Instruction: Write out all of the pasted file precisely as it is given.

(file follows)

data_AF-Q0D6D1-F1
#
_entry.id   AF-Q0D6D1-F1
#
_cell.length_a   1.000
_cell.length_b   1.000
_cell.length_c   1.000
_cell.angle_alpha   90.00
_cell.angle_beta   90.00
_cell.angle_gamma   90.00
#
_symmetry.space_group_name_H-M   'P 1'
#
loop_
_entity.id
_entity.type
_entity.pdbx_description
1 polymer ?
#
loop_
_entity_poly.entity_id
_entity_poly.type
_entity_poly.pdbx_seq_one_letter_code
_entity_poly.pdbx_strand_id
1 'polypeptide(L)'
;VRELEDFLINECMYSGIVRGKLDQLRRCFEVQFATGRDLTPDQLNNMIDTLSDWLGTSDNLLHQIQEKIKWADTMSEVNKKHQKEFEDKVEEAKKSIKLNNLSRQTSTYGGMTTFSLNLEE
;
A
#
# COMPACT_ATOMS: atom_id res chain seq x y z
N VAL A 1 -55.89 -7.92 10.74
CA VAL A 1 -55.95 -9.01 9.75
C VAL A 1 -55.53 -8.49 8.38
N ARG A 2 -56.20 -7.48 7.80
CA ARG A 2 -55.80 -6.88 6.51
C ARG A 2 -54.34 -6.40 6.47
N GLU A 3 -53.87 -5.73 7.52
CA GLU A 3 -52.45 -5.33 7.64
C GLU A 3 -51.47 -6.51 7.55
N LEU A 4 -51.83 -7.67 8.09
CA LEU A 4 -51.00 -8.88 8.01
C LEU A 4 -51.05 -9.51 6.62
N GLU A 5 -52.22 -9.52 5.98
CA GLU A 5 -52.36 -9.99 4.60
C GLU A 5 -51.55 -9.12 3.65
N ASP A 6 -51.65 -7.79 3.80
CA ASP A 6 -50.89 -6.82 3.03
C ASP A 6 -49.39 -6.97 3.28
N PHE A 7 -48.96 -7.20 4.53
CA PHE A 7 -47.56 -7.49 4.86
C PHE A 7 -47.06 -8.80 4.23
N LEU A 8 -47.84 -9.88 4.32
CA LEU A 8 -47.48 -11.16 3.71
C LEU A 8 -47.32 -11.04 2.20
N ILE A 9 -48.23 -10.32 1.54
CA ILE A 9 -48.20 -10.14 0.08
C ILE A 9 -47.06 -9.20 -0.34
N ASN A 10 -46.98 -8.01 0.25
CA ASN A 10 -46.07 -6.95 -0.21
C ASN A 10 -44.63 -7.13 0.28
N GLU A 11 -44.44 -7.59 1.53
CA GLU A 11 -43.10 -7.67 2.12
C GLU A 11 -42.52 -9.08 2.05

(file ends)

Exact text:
data_AF-Q0D6D1-F1
#
_entry.id   AF-Q0D6D1-F1
#
_cell.length_a   1.000
_cell.length_b   1.000
_cell.length_c   1.000
_cell.angle_alpha   90.00
_cell.angle_beta   90.00
_cell.angle_gamma   90.00
#
_symmetry.space_group_name_H-M   'P 1'
#
loop_
_entity.id
_entity.type
_entity.pdbx_description
1 polymer ?
#
loop_
_entity_poly.entity_id
_entity_poly.type
_entity_poly.pdbx_seq_one_letter_code
_entity_poly.pdbx_strand_id
1 'polypeptide(L)'
;VRELEDFLINECMYSGIVRGKLDQLRRCFEVQFATGRDLTPDQLNNMIDTLSDWLGTSDNLLHQIQEKIKWADTMSEVNKKHQKEFEDKVEEAKKSIKLNNLSRQTSTYGGMTTFSLNLEE
;
A
#
# COMPACT_ATOMS: atom_id res chain seq x y z
N VAL A 1 -55.89 -7.92 10.74
CA VAL A 1 -55.95 -9.01 9.75
C VAL A 1 -55.53 -8.49 8.38
N ARG A 2 -56.20 -7.48 7.80
CA ARG A 2 -55.80 -6.88 6.51
C ARG A 2 -54.34 -6.40 6.47
N GLU A 3 -53.87 -5.73 7.52
CA GLU A 3 -52.45 -5.33 7.64
C GLU A 3 -51.47 -6.51 7.55
N LEU A 4 -51.83 -7.67 8.09
CA LEU A 4 -51.00 -8.88 8.01
C LEU A 4 -51.05 -9.51 6.62
N GLU A 5 -52.22 -9.52 5.98
CA GLU A 5 -52.36 -9.99 4.60
C GLU A 5 -51.55 -9.12 3.65
N ASP A 6 -51.65 -7.79 3.80
CA ASP A 6 -50.89 -6.82 3.03
C ASP A 6 -49.39 -6.97 3.28
N PHE A 7 -48.96 -7.20 4.53
CA PHE A 7 -47.56 -7.49 4.86
C PHE A 7 -47.06 -8.80 4.23
N LEU A 8 -47.84 -9.88 4.32
CA LEU A 8 -47.48 -11.16 3.71
C LEU A 8 -47.32 -11.04 2.20
N ILE A 9 -48.23 -10.32 1.54
CA ILE A 9 -48.20 -10.14 0.08
C ILE A 9 -47.06 -9.20 -0.34
N ASN A 10 -46.98 -8.01 0.25
CA ASN A 10 -46.07 -6.95 -0.21
C ASN A 10 -44.63 -7.13 0.28
N GLU A 11 -44.44 -7.59 1.53
CA GLU A 11 -43.10 -7.67 2.12
C GLU A 11 -42.52 -9.08 2.05